Piecing the History of Muskegon County’s Rosie Lee Wilkins

A new exhibit at the Lakeshore Museum Center aims to highlight quilts crafted by one dedicated woman. This exhibit will showcase a Muskegon woman who was well-known in the quilting world, but not recognized in her own community. The museum will be displaying the work of the late Rosie Lee Wilkins in Who is Rosie Lee Wilkins– Piecing Together Her History.

“I was inspired to research Rosie after realizing just how few people knew the story of this amazing woman,” said Collections Manager, Brenda Nemetz. “Parts of her history are still unrecorded and I think that’s what made the process so interesting. To many, pieces of her life were enigmatic.”

Lakeshore Museum Center will display just a fraction of the 100 quilts sewn by Wilkins herself. However, the quilts are only a small patch of Wilkins’ story, as visitors will find out. In addition to displaying some of Rosie’s work, the museum staff will share just how they managed to uncover so much of her history.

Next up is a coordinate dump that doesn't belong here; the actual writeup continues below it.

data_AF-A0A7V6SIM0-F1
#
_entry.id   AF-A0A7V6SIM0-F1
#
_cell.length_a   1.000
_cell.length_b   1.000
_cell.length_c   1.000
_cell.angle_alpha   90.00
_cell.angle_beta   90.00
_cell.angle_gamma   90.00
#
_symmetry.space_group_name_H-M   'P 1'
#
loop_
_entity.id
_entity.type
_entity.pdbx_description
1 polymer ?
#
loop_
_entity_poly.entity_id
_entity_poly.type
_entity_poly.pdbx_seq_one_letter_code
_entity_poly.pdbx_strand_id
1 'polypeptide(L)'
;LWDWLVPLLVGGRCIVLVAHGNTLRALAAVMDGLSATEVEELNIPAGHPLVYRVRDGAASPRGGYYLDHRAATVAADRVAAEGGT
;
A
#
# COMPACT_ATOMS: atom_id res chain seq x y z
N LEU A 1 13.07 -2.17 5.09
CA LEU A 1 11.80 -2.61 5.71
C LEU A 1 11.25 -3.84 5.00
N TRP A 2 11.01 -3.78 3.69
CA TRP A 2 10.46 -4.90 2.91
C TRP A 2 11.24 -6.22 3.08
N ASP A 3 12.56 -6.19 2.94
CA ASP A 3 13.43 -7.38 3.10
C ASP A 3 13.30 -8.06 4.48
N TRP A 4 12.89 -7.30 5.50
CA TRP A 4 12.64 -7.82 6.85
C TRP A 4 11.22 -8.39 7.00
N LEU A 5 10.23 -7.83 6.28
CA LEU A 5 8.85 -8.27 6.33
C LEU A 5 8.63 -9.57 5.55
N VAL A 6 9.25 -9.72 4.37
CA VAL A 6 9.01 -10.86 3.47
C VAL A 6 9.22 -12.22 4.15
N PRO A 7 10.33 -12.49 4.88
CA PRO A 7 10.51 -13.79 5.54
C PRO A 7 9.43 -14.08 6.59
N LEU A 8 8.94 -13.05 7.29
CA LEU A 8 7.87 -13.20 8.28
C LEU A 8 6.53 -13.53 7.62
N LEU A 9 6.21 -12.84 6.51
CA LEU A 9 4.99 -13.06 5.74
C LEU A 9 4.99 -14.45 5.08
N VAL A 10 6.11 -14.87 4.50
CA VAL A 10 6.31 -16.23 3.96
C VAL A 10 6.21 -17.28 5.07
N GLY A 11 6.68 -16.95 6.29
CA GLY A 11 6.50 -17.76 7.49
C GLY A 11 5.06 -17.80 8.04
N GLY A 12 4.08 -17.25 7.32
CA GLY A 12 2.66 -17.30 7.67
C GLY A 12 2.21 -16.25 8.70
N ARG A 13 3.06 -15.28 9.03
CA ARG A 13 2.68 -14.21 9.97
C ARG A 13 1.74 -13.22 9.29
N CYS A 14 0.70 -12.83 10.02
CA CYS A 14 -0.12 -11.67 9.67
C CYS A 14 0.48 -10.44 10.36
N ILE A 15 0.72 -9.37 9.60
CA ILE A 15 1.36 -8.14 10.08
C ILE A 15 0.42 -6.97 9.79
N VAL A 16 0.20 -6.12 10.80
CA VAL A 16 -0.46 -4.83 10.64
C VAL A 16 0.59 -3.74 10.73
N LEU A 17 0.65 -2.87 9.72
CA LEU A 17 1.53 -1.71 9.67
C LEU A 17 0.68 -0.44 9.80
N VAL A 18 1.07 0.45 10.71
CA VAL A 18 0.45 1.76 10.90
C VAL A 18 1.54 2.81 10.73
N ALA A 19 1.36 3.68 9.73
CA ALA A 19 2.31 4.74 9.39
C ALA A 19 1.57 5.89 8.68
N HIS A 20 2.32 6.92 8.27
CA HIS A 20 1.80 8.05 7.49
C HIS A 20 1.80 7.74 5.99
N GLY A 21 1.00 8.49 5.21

The exhibit opens on November 9 and will continue through April 24, 2021, which visitors can enjoy at no additional cost. Museum admission is $5.00 for non-Muskegon County residents and free to those who live in the area as well as museum members. Guests may tour the exhibit during regular business hours, social distancing and masks are expected.

For more information about Lakeshore Museum Center events or exhibits, visit their website or call 231.722.0278.

About Lakeshore Museum Center
Since 1937, the Lakeshore Museum Center has explored, preserved, and interpreted the history of Muskegon County through historic exhibits, education and cultural-based programs, and special events and presentations for all ages. The Center is comprised of multiple sites and buildings including the Hackley & Hume Historic Site, the Fire Barn Museum, and the Scolnik House of the Depression Era.